A semi-finished product of Japanese pride

A semi-finished product of Japanese pride
A semi-finished product of Japanese pride

Fifth generation fighter emerged from resentment against the United States

At the end of April, the Japanese X-2 fighter, created using Stealth technologies, took off for the first time. An ordinary event by the standards of modern military aviation, nevertheless, it became a milestone in the development of aircraft construction and the country's air force. Japan has joined the elite club of fifth generation fighter countries.

The Japanese X-2 is in fact, according to some analysts, "a response to the American F-35, the Russian T-50, and the Chinese J-20 and J-31." The last statement is debatable. Even a cursory glance at the X-2 suggests that its design is closer to the classic F-22 Raptor than to the multipurpose "flying computer" F-35.

The X-2 was the product of three phenomena. The first is the resentment of the Land of the Rising Sun, the second is its ambitions, and the third is the changing military-political situation in the Far East. The offense was the US refusal to sell the F-22 to Japan. However, there was no discrimination in comparison with others: the Raptor is not exported at all. Having raised the X-2 into the air, Japan proved that it is capable of creating a fifth generation fighter itself.

As for ambition, according to Jeffrey Hornung of the Ryochi Sasakawa Peace Foundation, "Tokyo is trying to make it clear to the world powers that the Japanese military industry must be taken seriously." It is also worth noting that, despite the external similarity of the X-2 with the F-22 and T-50, in terms of its weight characteristics it is closer to the F-16 and MiG-29. The configuration of the nozzles allows us to conclude that the X-2 has a function of a controlled thrust vector, which increases its maneuverability. This feature will allow him to more effectively resist Chinese fighters.

Representatives of Mitsubishi Heavy Industries emphasize that the X-2 is only a prototype with "a glider, engines and other modern systems and equipment that can be used in future fighters." The combat variant will receive the designation F-3 and will probably not enter service until 2030. But in any case, we can already say that the aviation industry of the Land of the Rising Sun has risen to a new level. Japan is trying to catch up with both Russia and the United States. And from a military-political point of view, the fighter clearly looks like a signal for China. According to Hornung, in the confrontation between Tokyo and Beijing around the islands in the South China Sea, the creation of the X-2 fighter should make it clear to the Celestial Empire that Japan does not intend to retreat.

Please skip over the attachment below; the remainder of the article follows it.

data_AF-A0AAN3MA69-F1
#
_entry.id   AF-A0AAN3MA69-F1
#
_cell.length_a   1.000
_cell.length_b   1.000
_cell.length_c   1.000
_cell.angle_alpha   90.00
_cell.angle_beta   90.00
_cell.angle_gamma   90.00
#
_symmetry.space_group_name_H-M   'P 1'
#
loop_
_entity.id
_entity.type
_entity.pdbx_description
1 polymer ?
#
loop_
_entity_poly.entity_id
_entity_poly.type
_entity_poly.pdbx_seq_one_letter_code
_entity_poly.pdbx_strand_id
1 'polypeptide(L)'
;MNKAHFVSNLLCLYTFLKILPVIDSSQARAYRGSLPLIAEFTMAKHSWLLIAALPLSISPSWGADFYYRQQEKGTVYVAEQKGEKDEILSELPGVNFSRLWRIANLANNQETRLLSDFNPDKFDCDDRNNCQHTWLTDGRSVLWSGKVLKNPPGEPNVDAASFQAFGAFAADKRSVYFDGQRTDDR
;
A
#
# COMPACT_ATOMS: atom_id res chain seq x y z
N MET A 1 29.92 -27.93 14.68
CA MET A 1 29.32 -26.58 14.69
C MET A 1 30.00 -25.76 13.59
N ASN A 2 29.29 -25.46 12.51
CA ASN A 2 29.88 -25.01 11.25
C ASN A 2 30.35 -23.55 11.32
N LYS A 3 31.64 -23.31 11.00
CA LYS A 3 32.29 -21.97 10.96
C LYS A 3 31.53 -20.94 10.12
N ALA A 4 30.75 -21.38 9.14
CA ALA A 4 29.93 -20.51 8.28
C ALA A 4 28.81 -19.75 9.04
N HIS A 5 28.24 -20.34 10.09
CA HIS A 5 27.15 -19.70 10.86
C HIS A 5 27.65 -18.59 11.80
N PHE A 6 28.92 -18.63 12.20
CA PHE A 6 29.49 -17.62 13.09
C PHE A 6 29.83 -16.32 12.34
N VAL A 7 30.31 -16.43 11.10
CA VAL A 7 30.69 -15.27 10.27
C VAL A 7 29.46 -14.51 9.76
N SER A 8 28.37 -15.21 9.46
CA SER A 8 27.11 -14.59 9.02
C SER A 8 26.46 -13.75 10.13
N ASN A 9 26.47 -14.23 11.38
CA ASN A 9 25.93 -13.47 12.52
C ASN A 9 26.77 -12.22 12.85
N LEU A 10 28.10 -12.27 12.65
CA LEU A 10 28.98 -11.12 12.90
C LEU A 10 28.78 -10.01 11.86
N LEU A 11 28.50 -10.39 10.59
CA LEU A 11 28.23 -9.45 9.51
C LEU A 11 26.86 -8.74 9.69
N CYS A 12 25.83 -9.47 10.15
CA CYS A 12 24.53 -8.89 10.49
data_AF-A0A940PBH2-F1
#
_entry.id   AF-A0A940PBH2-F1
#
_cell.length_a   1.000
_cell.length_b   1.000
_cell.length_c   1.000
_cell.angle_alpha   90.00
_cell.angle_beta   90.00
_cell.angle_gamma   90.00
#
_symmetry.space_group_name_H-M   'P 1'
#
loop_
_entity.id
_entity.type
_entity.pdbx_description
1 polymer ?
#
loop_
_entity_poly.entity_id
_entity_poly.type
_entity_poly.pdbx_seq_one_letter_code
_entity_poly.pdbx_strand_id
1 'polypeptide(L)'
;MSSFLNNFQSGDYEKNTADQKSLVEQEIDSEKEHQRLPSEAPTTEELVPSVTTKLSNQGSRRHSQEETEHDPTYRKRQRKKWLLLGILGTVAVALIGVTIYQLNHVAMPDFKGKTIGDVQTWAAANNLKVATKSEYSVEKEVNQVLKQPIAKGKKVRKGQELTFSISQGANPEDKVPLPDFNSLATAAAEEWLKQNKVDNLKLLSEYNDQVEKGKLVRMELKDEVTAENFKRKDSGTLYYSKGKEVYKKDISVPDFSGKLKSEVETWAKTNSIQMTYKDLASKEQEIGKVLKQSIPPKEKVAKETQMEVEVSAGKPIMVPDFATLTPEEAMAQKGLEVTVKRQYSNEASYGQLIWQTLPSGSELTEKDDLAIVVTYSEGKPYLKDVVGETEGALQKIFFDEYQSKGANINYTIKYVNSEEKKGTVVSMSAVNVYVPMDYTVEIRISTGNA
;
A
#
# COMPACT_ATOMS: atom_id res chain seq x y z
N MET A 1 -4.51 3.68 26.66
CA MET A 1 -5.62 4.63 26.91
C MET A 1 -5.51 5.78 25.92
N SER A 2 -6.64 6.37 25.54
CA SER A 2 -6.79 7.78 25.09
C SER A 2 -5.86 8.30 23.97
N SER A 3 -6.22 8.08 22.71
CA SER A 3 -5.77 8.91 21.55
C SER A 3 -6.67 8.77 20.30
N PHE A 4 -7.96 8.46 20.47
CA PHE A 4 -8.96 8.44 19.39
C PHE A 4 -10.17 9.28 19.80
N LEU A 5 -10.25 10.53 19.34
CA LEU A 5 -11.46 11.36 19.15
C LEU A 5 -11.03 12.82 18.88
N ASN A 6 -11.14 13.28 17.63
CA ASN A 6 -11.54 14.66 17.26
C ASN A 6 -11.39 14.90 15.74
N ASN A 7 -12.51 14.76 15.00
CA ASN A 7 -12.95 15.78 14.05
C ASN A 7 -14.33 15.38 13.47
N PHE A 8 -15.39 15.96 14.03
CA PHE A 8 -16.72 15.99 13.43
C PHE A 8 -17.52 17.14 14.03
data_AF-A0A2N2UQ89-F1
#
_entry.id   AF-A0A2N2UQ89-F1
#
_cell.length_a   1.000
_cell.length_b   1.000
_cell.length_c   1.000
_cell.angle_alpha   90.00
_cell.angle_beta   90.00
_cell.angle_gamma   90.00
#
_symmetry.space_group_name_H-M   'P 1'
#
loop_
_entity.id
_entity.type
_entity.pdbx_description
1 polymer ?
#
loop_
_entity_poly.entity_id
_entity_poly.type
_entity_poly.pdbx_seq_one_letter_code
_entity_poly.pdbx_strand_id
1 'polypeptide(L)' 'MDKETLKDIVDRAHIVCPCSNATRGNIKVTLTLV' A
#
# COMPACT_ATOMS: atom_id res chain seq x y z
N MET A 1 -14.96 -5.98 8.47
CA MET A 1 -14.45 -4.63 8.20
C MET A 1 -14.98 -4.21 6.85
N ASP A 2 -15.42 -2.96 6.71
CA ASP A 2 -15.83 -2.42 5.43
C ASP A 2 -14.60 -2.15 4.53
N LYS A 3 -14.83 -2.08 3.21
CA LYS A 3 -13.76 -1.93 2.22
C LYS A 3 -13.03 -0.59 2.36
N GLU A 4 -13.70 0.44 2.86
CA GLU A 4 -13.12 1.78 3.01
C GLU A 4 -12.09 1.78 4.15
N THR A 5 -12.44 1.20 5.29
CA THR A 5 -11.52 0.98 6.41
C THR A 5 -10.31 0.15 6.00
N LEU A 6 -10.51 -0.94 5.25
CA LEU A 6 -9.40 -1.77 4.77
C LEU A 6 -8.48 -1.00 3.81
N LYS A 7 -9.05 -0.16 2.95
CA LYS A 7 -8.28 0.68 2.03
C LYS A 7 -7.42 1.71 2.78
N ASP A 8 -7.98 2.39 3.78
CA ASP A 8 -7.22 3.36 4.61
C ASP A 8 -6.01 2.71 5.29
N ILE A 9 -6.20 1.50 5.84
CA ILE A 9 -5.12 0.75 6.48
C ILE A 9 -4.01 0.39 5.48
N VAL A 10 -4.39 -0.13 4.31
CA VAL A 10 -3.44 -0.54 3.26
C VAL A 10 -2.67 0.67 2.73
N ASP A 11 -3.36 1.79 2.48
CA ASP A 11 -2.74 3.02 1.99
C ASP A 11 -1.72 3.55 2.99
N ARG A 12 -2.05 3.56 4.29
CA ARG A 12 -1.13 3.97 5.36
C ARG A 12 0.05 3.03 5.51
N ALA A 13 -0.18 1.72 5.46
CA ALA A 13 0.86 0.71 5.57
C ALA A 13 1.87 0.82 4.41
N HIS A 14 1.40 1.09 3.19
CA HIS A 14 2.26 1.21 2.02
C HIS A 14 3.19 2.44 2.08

A semi-finished product of Japanese pride

According to the Christian Science Monitor, in 2015, Japan's Self-Defense Forces had to raise their fighters 571 times to intercept Chinese planes entering the country's airspace. Compared to 2014, the number of such incidents increased by 23 percent. Apparently, Japan no longer considers its current fighter force, consisting of 190 obsolete F-15Js, to be adequate protection against Chinese air invasion.

The main burden on the project will fall on three companies. Mitsubishi Heavy Industries will handle final assembly and quality control. The IHI Corporation will be responsible for the production of 17 types of parts and weapons. Mitsubishi Electric Corporation will create radars. The total amount of the contract is 87.7 billion yen (about $ 914 million).

By the way, the Americans invited these companies to refine their F-35, with which they had many problems - in particular, with navigation equipment and software. Given the authority and weight of these Japanese corporations on the world aircraft market, it can be assumed that the Japanese will eventually find something to equip their X-2 with, and participation in the American project will play into their hands.

According to Russian developers, it is premature to talk about a 5th generation Japanese fighter: constructing a prototype is half the battle; a full-fledged aircraft requires missiles, radars, engines, and aviation materials.

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